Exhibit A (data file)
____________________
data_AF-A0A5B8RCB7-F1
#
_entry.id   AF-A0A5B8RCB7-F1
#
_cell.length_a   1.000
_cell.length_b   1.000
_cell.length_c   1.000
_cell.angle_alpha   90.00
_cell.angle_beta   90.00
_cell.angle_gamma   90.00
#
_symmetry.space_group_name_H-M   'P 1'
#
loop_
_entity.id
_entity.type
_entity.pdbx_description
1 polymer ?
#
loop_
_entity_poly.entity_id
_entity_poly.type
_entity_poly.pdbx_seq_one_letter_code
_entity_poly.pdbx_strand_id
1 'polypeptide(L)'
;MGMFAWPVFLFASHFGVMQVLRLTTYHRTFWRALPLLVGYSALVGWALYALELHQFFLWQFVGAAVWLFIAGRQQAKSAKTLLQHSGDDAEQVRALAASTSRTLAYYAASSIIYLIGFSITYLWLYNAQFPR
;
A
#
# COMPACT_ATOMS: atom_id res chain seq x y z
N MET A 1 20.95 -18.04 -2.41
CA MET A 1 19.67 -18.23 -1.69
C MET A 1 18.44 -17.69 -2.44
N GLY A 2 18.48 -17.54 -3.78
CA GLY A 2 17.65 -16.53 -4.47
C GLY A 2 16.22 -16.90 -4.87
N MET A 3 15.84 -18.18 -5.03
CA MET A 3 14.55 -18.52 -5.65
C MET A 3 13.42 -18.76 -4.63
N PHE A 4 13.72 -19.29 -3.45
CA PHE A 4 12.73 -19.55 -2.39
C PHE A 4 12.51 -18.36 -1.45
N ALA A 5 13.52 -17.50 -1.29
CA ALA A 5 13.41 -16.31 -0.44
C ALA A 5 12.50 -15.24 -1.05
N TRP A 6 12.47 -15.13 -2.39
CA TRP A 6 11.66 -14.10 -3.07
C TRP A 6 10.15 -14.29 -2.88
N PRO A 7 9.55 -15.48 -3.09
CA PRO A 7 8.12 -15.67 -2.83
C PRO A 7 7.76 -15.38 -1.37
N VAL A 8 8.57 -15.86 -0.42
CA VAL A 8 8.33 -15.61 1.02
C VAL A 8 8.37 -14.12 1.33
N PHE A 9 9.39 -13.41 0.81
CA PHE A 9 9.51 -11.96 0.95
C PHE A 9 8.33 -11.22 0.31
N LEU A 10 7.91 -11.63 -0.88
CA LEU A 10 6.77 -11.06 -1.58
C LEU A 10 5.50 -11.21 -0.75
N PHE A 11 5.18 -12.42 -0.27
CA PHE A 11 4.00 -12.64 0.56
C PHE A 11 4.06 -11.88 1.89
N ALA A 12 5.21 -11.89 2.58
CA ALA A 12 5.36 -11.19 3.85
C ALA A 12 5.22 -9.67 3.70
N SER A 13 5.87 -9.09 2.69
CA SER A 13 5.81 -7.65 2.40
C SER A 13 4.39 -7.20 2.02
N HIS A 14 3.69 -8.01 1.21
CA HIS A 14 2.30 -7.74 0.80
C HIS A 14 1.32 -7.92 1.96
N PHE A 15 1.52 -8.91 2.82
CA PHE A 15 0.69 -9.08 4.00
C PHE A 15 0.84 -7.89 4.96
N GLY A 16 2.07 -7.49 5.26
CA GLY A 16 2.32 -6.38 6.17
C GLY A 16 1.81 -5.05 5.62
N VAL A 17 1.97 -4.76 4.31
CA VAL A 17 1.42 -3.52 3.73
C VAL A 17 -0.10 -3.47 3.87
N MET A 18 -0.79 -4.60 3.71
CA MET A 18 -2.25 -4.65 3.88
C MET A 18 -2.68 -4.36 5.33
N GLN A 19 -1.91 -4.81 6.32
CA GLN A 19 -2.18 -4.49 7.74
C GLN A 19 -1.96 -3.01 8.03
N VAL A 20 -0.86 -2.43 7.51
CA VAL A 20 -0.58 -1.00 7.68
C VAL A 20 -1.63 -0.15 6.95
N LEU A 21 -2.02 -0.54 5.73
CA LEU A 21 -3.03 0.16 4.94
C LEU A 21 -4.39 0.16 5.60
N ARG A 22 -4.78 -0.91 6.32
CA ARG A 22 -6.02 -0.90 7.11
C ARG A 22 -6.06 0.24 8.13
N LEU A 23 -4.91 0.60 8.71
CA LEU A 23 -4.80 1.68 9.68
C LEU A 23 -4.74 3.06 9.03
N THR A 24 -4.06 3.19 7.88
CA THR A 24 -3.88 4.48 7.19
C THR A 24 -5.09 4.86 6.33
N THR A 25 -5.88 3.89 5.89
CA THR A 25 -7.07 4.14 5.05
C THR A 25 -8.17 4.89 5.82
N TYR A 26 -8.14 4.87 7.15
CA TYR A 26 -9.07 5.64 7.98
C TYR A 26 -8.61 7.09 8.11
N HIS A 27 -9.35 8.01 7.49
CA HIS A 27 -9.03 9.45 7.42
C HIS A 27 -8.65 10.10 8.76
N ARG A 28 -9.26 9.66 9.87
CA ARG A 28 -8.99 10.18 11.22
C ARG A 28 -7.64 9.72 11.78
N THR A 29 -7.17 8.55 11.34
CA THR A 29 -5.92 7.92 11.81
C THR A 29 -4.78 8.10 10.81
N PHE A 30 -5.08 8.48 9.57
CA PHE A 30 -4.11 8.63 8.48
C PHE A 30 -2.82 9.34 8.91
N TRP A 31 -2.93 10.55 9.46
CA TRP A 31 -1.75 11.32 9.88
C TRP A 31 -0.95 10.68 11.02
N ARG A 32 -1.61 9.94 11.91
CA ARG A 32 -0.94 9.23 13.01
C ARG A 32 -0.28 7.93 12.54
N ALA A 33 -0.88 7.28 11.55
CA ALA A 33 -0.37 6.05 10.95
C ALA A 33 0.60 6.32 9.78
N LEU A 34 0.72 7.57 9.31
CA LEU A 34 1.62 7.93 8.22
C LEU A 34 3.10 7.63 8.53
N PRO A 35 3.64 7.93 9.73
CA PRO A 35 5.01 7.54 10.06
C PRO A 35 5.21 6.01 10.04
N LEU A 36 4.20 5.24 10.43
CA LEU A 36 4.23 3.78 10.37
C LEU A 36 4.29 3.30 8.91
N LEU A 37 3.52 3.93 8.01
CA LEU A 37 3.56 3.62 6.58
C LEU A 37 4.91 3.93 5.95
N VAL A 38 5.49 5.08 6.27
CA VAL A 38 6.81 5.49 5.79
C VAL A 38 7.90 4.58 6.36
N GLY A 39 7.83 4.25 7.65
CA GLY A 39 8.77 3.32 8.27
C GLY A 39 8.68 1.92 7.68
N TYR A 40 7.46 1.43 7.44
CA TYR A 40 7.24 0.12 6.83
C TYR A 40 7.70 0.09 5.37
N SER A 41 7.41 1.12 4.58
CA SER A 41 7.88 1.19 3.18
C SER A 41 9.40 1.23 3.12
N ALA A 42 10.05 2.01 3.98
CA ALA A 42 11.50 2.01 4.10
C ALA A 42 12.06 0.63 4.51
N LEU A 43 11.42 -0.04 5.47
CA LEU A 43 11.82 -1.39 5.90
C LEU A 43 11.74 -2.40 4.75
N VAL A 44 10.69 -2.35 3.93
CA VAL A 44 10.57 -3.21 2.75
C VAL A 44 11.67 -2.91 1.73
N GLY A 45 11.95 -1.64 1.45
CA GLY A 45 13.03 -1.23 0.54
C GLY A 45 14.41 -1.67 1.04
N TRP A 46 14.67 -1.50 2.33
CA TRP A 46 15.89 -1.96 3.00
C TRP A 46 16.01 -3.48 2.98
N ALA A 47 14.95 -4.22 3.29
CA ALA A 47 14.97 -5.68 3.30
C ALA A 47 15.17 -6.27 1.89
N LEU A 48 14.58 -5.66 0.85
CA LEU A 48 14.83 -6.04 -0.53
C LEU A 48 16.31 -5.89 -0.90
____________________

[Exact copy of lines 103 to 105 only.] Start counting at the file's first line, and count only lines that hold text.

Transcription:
N THR A 25 -5.88 3.89 5.89
CA THR A 25 -7.07 4.14 5.05
C THR A 25 -8.17 4.89 5.82